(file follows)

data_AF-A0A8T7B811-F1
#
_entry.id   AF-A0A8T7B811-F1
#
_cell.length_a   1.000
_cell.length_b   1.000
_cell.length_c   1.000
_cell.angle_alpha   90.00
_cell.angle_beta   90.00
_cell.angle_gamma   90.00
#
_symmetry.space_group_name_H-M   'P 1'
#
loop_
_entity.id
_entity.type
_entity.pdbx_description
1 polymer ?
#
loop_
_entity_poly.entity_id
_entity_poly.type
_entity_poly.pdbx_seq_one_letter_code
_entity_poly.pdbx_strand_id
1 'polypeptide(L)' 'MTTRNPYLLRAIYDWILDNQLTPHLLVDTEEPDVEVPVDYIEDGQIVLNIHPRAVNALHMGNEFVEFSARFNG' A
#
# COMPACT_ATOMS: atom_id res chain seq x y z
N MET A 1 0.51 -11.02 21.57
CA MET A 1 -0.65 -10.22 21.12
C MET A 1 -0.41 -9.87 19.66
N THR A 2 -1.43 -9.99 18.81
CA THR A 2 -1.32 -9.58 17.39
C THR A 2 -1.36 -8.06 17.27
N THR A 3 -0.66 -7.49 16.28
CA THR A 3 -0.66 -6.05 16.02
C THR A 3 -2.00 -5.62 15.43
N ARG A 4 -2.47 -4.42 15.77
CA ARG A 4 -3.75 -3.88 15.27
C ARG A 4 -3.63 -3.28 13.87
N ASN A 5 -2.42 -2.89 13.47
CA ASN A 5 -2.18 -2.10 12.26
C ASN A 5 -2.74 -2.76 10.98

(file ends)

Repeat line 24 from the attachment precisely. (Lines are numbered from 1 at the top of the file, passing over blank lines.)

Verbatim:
_entity_poly.pdbx_strand_id